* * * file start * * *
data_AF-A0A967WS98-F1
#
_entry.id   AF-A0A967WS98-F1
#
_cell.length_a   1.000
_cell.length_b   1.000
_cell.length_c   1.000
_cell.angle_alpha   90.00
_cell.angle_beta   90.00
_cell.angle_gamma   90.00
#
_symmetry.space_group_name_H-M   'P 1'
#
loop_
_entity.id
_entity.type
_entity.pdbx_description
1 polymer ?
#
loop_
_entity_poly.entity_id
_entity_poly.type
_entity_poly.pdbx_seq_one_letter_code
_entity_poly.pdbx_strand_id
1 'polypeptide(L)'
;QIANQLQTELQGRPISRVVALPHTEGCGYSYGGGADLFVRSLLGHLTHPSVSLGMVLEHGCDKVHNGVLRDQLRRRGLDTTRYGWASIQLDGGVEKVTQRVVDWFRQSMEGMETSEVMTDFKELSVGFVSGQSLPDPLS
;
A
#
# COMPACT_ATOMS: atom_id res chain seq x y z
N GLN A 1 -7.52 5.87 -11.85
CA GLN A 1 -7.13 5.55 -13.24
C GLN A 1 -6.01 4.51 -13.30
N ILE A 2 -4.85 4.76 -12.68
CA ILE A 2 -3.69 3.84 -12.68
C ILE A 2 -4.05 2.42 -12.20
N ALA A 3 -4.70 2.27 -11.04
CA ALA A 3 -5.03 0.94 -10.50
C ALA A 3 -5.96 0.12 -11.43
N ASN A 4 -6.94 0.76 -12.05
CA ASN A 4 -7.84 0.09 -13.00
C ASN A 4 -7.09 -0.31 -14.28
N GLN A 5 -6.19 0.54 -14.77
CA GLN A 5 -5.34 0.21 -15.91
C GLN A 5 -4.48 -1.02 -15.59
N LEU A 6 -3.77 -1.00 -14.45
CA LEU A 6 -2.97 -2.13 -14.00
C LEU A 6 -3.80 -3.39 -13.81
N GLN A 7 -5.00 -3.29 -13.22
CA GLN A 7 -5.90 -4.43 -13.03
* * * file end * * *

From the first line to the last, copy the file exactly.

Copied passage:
data_AF-A0A967WS98-F1
#
_entry.id   AF-A0A967WS98-F1
#
_cell.length_a   1.000
_cell.length_b   1.000
_cell.length_c   1.000
_cell.angle_alpha   90.00
_cell.angle_beta   90.00
_cell.angle_gamma   90.00
#
_symmetry.space_group_name_H-M   'P 1'
#
loop_
_entity.id
_entity.type
_entity.pdbx_description
1 polymer ?
#
loop_
_entity_poly.entity_id
_entity_poly.type
_entity_poly.pdbx_seq_one_letter_code
_entity_poly.pdbx_strand_id
1 'polypeptide(L)'
;QIANQLQTELQGRPISRVVALPHTEGCGYSYGGGADLFVRSLLGHLTHPSVSLGMVLEHGCDKVHNGVLRDQLRRRGLDTTRYGWASIQLDGGVEKVTQRVVDWFRQSMEGMETSEVMTDFKELSVGFVSGQSLPDPLS
;
A
#
# COMPACT_ATOMS: atom_id res chain seq x y z
N GLN A 1 -7.52 5.87 -11.85
CA GLN A 1 -7.13 5.55 -13.24
C GLN A 1 -6.01 4.51 -13.30
N ILE A 2 -4.85 4.76 -12.68
CA ILE A 2 -3.69 3.84 -12.68
C ILE A 2 -4.05 2.42 -12.20
N ALA A 3 -4.70 2.27 -11.04
CA ALA A 3 -5.03 0.94 -10.50
C ALA A 3 -5.96 0.12 -11.43
N ASN A 4 -6.94 0.76 -12.05
CA ASN A 4 -7.84 0.09 -13.00
C ASN A 4 -7.09 -0.31 -14.28
N GLN A 5 -6.19 0.54 -14.77
CA GLN A 5 -5.34 0.21 -15.91
C GLN A 5 -4.48 -1.02 -15.59
N LEU A 6 -3.77 -1.00 -14.45
CA LEU A 6 -2.97 -2.13 -14.00
C LEU A 6 -3.80 -3.39 -13.81
N GLN A 7 -5.00 -3.29 -13.22
CA GLN A 7 -5.90 -4.43 -13.03